As he pursued a political science degree, specializing in international relations, Obama says he was somewhat involved with the Black Students Organization and participated in anti-apartheid activities.
On campus, even though more than a decade had passed, there were still bitter divisions that went back to the radical student protests of the late 1960s, when the issues included not only the Vietnam War but a land invasion of sorts much closer to home: Columbia's effort to expand east and north in Morningside Heights, displacing poor black and Hispanic tenants along the way. By the time Obama signed up as a political science major, there were still distinguished professors in his department so estranged as a result of those old political fights that they would stride past one another in the hallway without so much as making eye contact.
Obama's personal transformation at Occidental coincided with a larger hinge point in history from the end of one decade to the beginning of the next. He arrived when Jimmy Carter was president and left in the era of Ronald Reagan. During his first year in college, traumatic events cascaded one upon another: November brought the Iran hostage crisis; December saw the Soviet invasion of Afghanistan; in January came word from President Carter that he was reinstituting registration for the military draft because of renewed cold war tensions with the Soviets; by March, Carter was announcing his final decision to boycott the summer Olympics in Moscow; and in April the Democratic president watched helplessly as a hostage rescue mission ended disastrously with a helicopter crash in the desert.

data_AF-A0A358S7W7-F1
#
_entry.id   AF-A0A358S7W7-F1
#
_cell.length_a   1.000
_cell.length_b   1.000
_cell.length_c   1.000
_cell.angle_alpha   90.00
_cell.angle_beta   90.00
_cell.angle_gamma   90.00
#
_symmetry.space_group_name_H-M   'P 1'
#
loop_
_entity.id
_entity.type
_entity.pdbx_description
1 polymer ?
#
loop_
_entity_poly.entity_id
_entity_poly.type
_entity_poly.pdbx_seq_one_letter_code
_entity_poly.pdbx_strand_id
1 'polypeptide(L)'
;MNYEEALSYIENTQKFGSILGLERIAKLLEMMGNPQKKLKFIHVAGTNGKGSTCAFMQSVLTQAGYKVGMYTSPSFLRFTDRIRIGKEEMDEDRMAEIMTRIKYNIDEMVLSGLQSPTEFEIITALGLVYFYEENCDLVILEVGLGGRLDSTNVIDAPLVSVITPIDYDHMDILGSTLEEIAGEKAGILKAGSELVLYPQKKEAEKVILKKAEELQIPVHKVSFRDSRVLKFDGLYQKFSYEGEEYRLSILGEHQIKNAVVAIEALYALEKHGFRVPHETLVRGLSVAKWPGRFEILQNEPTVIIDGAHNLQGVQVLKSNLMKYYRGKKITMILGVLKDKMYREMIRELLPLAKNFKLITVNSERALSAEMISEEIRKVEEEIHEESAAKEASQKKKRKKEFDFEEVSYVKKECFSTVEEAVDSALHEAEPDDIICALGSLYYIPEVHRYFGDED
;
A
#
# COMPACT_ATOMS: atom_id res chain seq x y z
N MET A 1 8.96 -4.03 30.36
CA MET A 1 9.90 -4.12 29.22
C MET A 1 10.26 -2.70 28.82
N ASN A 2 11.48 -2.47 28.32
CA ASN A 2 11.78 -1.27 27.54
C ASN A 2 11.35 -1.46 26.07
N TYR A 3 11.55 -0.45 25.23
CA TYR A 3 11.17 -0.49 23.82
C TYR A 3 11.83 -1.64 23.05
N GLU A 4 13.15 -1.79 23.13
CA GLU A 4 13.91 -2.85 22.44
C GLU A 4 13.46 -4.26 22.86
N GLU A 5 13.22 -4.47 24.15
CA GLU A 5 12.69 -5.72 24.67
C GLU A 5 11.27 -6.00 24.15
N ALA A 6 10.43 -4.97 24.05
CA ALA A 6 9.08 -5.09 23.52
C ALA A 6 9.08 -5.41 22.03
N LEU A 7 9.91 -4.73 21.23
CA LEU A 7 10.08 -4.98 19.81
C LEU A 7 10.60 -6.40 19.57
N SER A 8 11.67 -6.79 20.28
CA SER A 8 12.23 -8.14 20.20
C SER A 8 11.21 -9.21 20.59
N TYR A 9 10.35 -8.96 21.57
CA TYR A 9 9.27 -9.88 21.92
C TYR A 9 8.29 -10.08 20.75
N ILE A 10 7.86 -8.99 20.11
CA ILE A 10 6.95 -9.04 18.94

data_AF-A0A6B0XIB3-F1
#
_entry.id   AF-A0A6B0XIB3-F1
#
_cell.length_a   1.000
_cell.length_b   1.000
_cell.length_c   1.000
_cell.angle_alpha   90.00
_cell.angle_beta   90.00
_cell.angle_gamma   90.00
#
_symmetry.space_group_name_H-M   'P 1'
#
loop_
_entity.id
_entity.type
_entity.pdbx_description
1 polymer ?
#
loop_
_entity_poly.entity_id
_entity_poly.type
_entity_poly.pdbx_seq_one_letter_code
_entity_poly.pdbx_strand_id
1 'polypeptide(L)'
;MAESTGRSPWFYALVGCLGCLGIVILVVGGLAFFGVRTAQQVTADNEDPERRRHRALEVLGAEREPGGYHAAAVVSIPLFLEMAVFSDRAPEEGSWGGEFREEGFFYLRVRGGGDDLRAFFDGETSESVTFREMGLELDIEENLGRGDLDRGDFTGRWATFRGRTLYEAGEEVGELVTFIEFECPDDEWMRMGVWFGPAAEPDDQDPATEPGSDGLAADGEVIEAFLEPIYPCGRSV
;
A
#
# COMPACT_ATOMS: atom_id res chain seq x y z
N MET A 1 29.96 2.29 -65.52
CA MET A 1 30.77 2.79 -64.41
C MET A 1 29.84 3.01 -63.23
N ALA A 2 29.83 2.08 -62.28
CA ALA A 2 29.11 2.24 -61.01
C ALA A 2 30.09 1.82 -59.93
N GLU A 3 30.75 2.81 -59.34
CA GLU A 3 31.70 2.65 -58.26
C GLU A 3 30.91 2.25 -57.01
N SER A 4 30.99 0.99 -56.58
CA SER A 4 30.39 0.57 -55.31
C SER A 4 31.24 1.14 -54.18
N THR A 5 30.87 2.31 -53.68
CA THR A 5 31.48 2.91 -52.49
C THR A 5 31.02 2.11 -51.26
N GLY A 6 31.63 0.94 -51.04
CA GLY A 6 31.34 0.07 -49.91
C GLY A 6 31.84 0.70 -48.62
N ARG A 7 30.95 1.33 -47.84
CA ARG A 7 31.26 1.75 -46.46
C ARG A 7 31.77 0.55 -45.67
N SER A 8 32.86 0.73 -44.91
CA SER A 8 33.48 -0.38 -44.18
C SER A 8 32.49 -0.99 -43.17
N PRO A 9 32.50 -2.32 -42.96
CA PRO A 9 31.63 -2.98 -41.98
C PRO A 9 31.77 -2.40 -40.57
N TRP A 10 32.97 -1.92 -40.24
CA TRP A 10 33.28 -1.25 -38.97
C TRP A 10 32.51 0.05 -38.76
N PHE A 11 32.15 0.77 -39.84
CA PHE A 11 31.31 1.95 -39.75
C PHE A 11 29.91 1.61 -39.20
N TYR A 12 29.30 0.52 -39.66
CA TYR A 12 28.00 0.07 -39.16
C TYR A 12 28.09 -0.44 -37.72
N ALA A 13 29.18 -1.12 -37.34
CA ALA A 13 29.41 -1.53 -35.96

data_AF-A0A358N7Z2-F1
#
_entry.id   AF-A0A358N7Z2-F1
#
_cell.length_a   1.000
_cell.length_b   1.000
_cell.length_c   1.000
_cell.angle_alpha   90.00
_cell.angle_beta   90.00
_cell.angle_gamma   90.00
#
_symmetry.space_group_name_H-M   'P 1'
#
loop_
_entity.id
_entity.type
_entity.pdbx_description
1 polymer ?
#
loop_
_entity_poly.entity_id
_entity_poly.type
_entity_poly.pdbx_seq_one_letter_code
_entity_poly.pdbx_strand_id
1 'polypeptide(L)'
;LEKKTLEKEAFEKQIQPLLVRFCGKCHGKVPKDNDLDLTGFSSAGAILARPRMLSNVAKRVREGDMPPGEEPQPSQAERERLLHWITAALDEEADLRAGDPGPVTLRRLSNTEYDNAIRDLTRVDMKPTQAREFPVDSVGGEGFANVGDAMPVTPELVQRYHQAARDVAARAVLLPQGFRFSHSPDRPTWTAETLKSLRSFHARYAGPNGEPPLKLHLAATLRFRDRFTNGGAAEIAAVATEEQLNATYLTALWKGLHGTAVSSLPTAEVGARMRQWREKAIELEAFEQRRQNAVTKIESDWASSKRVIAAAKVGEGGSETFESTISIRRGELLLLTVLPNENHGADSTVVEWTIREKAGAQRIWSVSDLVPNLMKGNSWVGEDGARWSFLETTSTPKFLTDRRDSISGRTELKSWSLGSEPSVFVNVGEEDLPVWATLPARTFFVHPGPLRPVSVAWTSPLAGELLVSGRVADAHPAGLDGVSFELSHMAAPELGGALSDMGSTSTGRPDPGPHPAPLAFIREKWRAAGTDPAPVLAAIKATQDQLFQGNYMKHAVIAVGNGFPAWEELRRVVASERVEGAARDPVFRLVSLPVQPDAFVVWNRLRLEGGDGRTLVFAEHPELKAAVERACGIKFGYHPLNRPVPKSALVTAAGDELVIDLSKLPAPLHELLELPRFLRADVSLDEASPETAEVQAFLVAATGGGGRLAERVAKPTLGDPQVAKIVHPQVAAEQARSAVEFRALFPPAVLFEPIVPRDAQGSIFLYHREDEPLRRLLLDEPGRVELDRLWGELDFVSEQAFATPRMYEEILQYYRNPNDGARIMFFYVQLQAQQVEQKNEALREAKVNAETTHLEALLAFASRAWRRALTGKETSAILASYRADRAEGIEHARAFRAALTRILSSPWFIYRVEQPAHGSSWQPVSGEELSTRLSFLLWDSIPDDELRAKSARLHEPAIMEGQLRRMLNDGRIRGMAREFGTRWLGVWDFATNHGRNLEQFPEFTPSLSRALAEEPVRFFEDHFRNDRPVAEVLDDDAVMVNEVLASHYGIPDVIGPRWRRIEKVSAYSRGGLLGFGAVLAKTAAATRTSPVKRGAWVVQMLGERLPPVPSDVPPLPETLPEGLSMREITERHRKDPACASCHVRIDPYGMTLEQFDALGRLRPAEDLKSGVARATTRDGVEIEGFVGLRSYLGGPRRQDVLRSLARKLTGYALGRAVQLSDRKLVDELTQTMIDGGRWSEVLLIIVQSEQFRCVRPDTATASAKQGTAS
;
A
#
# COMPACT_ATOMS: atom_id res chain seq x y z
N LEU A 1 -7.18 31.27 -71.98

Now that the issue of the president’s birth certificate has been laid to rest (mostly), some conservatives are turning their attention to a new obsession: Barack Obama's college transcripts.
Last week, a website that already had offered a $10,000 reward for Obama's transcripts from Occidental College, Columbia University and Harvard Law School, increased the bounty to $20,000.
When they lived together, Mr. Boerner said he thought Mr. Obama wanted to be a writer, not a politician. Columbia recently tracked down, with the help of a graduate, one piece that Mr. Obama wrote in his senior year about two antiwar groups on campus for a now-defunct student periodical called “Sundial.’’
After two years at Occidental, Obama was ready for a change. He headed to New York City to attend Columbia University. He still hadn't chosen a major, and he still longed to be part of a community.
By the time the demonstration was over, Obama's euphoria had evaporated. He saw some white trustees watching them from inside the building, laughing. He worried that the protest and his own speech had been a childish farce.
In his sophomore year at Occidental, Obama had his first taste of public speaking. He became involved in what was a global struggle to end apartheid in South Africa.
And so, when I heard about a transfer program that Occidental had arranged with Columbia University, I'd been quick to apply.
I had graduated without mishap, was accepted into several respectable schools, and settled on Occidental College in Los Angeles mainly because I'd met a girl from Brentwood while she was vacationing in Hawaii with her family.